WOC Nurses Week Highlights Specialty

WOC Nurses Week Highlights Specialty

Wound, Ostomy, and Continence (WOC) Nurse Week runs from April 14-20 and brings attention to this nursing specialty and the expertise WOC nurses bring to patient care. logo saying WOC Nurses Rock for WOC nurses week

As a member of the Wound, Ostomy, and Continence Nurses Society™ (WOCN®) for 31 years and now its president, Vicky Pontieri-Lewis, MS, RN, ACNS-BC-CWOCN, says the field is exciting and ever changing. This kind of dynamic professional learning environment brings a career satisfaction that keeps her advocating for nurses in the specialty while also appreciating the continual work they must do to stay current of WOC developments.

Pontieri-Lewis shared some of her thoughts with Minority Nurse about the career path and the excitement of being in the broader field of WOC nursing.

How did your career as a WOC nurse begin and evolve?
After graduating from nursing school in 1983, I had the opportunity to work on a surgical unit with patients who underwent cardiac surgery in addition to patients who also had abdominal surgery, with an ostomy. The unit had an Enterostomal Therapy (ET) nurse, now called a Wound, Ostomy, and Continence nurse, who consulted primarily to patients with an ostomy. I noticed when the charge nurse was making daily patient care assignments, none of my colleagues wanted to care for the patients with ostomies. So, I always volunteered to have the ostomy patients within my assignment.

I worked with the ET nurse at the time to ensure in her absence that I would provide the ostomy patients with the right education. Later that year, my grandmother who lived in a very small remote town in the mountains, was diagnosed with colon cancer. She underwent surgery and as a result had a colostomy. I went to visit her and was appalled by the lack of access she had to any type of ostomy pouching system. At one point she was using a plastic bag! I tried my best to get her access to what we used in the United States so she could have some quality of life.

When I returned, the ET nurse at the hospital announced that she would be leaving. After the experience with my grandmother, I knew I wanted to pursue the role of an ET nurse. I went to my administrator to inquire if the hospital could assist with the finances to attend ET school. After I wrote a proposal for financial funding, the hospital agreed to send me to ET school for 6 weeks, and in return I signed a contract that I would stay at the hospital for one year after becoming certified.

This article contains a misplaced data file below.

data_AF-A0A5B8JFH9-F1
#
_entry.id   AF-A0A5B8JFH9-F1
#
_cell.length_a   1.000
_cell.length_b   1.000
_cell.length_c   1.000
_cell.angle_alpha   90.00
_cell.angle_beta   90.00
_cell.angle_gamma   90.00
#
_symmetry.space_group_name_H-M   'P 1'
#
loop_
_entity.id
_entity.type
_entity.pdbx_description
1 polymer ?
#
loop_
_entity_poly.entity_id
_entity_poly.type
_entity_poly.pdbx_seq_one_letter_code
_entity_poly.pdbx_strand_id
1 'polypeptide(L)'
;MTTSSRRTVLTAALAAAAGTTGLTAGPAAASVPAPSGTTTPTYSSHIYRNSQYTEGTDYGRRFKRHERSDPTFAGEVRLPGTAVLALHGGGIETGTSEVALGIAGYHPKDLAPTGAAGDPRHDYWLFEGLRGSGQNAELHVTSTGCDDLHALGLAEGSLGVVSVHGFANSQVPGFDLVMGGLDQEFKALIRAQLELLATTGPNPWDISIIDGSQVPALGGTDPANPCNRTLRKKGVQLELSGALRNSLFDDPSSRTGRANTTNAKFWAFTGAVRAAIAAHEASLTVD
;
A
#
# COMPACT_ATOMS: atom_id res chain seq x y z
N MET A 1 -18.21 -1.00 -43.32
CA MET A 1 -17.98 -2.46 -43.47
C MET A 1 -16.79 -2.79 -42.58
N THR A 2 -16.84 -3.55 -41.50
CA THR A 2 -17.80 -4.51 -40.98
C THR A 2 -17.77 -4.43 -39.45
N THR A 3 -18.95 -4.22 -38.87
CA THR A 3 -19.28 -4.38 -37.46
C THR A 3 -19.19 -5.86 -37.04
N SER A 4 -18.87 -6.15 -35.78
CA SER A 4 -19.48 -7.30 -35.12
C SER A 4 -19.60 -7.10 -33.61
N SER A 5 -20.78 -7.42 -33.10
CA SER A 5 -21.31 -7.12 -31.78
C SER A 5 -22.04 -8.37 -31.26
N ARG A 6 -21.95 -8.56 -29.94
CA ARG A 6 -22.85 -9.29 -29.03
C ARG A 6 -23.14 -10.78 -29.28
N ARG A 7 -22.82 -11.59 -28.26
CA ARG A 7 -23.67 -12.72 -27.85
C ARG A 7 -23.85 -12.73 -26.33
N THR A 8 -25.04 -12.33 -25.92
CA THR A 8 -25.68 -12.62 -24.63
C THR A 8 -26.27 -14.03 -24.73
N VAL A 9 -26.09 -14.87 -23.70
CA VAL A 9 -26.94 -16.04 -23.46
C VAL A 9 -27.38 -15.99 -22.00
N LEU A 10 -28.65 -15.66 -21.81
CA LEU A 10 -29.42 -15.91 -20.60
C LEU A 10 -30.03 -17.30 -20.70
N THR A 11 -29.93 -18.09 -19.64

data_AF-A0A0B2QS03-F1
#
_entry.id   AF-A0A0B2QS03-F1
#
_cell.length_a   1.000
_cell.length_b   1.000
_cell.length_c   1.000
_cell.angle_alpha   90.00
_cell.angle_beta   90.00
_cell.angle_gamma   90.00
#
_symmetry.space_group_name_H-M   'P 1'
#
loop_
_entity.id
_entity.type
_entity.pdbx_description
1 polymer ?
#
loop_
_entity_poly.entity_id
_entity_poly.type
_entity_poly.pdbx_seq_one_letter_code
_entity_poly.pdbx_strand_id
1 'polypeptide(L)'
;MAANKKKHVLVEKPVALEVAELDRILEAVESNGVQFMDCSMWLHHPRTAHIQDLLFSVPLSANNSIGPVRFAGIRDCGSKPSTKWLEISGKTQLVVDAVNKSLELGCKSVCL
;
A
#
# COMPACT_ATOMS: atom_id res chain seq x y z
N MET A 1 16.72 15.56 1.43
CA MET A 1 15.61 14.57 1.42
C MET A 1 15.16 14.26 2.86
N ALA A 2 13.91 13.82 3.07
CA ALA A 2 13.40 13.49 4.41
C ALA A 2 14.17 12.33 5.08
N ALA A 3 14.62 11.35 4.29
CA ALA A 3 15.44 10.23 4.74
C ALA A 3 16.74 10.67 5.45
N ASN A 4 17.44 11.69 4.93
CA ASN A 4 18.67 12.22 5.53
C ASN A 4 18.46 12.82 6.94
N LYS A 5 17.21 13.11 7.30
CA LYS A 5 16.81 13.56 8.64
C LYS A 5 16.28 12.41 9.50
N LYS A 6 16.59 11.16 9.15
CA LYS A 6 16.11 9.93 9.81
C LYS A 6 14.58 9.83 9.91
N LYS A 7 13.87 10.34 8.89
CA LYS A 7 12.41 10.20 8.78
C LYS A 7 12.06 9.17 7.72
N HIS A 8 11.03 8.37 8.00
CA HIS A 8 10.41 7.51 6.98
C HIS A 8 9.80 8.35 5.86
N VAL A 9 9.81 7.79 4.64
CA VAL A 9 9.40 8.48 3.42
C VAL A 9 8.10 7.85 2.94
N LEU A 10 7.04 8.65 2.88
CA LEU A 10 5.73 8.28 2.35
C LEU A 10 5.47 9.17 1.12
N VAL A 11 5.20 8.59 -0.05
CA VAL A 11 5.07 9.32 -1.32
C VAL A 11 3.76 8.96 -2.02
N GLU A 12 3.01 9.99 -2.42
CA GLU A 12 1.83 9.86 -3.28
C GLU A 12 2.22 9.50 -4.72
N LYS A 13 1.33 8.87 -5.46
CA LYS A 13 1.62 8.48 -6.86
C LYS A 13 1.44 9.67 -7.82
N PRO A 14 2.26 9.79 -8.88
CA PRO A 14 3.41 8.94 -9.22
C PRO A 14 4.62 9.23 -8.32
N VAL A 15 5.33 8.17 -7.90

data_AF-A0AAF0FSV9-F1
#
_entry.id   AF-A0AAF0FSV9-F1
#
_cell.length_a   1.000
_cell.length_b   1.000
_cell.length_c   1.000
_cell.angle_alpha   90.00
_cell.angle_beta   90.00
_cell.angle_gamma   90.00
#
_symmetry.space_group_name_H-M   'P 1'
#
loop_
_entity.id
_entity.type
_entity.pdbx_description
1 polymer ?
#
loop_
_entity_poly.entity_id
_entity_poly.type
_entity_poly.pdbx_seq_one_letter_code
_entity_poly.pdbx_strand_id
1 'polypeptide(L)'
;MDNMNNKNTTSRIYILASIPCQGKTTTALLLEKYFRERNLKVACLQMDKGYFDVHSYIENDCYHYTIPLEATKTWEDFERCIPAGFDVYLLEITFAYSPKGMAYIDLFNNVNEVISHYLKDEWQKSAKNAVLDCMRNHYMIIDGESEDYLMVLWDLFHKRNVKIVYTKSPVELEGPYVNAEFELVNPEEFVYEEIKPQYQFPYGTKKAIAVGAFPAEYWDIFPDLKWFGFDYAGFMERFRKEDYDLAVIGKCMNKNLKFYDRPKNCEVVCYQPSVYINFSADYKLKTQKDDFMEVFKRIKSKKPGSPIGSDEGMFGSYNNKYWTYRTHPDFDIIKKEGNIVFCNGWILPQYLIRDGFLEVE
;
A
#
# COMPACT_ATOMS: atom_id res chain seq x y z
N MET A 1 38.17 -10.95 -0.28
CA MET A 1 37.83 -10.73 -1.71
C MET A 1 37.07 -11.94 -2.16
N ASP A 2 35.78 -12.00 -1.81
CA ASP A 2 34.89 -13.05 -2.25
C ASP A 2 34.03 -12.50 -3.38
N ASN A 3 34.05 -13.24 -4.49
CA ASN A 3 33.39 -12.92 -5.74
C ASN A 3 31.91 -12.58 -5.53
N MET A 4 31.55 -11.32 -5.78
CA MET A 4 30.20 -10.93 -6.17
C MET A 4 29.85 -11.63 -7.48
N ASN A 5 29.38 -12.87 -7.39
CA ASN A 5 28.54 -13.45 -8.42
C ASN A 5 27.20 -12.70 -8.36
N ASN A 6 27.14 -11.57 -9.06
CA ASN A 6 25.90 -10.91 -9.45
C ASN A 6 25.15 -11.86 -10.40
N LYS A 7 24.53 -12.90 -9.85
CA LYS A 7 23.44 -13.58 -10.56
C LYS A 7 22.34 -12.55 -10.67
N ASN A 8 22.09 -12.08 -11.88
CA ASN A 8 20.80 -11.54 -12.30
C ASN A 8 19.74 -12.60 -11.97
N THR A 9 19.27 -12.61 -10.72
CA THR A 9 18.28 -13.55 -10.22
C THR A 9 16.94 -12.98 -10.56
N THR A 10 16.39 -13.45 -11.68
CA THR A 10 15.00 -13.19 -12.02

Thirty-eight years later I was still at the same facility, and it became a major academic university trauma medical center. I developed the full scope of the WOC nurse role at the facility and then the advanced practice role. I had no idea at the time how the roles would expand to consulting so many patients with ostomies, wounds of all types, and continence needs. Going to ET school was the best path I took in my nursing career. I have dedicated most of my nursing career to being a WOC nurse, and I absolutely love what I do!!

What attracted you to this specialty?
As I shared above, I have a “love” for caring for patients with an ostomy. My grandmother was my inspiration and I always have the memory of her on my shoulder when caring for patients with an ostomy. Caring for patients with different types of wounds was ever-evolving as new technologies and products were being developed. It was almost like baby boomers, but “wound care boomers.” Each time I attended a conference there was something new and exciting being presented.

As the role of the WOC Nurse continued to grow and develop in healthcare systems, so did the WOCN®, the largest and most recognized professional nursing community dedicated to advancing the practice and delivery of expert healthcare to individuals with wound, ostomy, and continence care needs. The WOC nurse conferences began to include more evidenced-based lectures and presentations, more research was being done, and notably­, products were being developed across the specialty.

What would inspire nursing students to consider this specialty as a career path?
Nursing students across the country would be inspired to pursue a career path to be a WOC nurse by simply talking to and spending time with a WOC nurse. Nursing students today are thirsty for knowledge on how to manage wounds and skin integrity, and to educate patients with an ostomy.

Spending a day or two with a WOC nurse can provide a realistic insight into the scope of the role. Nursing students will undoubtedly be dazzled by the wealth of knowledge and expertise that WOC nurses possess, and the extent of how that knowledge and expertise contributes directly to patient care and quality outcomes. The role of the WOC nurse can be in an inpatient or outpatient setting, allowing one to work independently, and be innovative in the care delivered. Overall, the impact of the role is inspiring and rewarding and it can be a lifelong career filled with continuous learning and professional development.

What might surprise people about your role, all you do, and your connections with your patients?
The role of the WOC nurse is very rewarding. WOC nurses can work with all members of the healthcare team to improve the outcomes of patients. Since the scope of practice is very specialized, WOC nurses are viewed as the experts and are consistently relied on not only by the healthcare team, but by patients as well.

I had the opportunity to form an in-depth connection with patients from providing support and guidance, to sometimes just lending an ear to listen to their concerns and healthcare needs. Overall, the in-depth connection, the breadth of education that is provided, and the ongoing support is the most satisfying—especially when you can see the impact that you have had on someone’s life.

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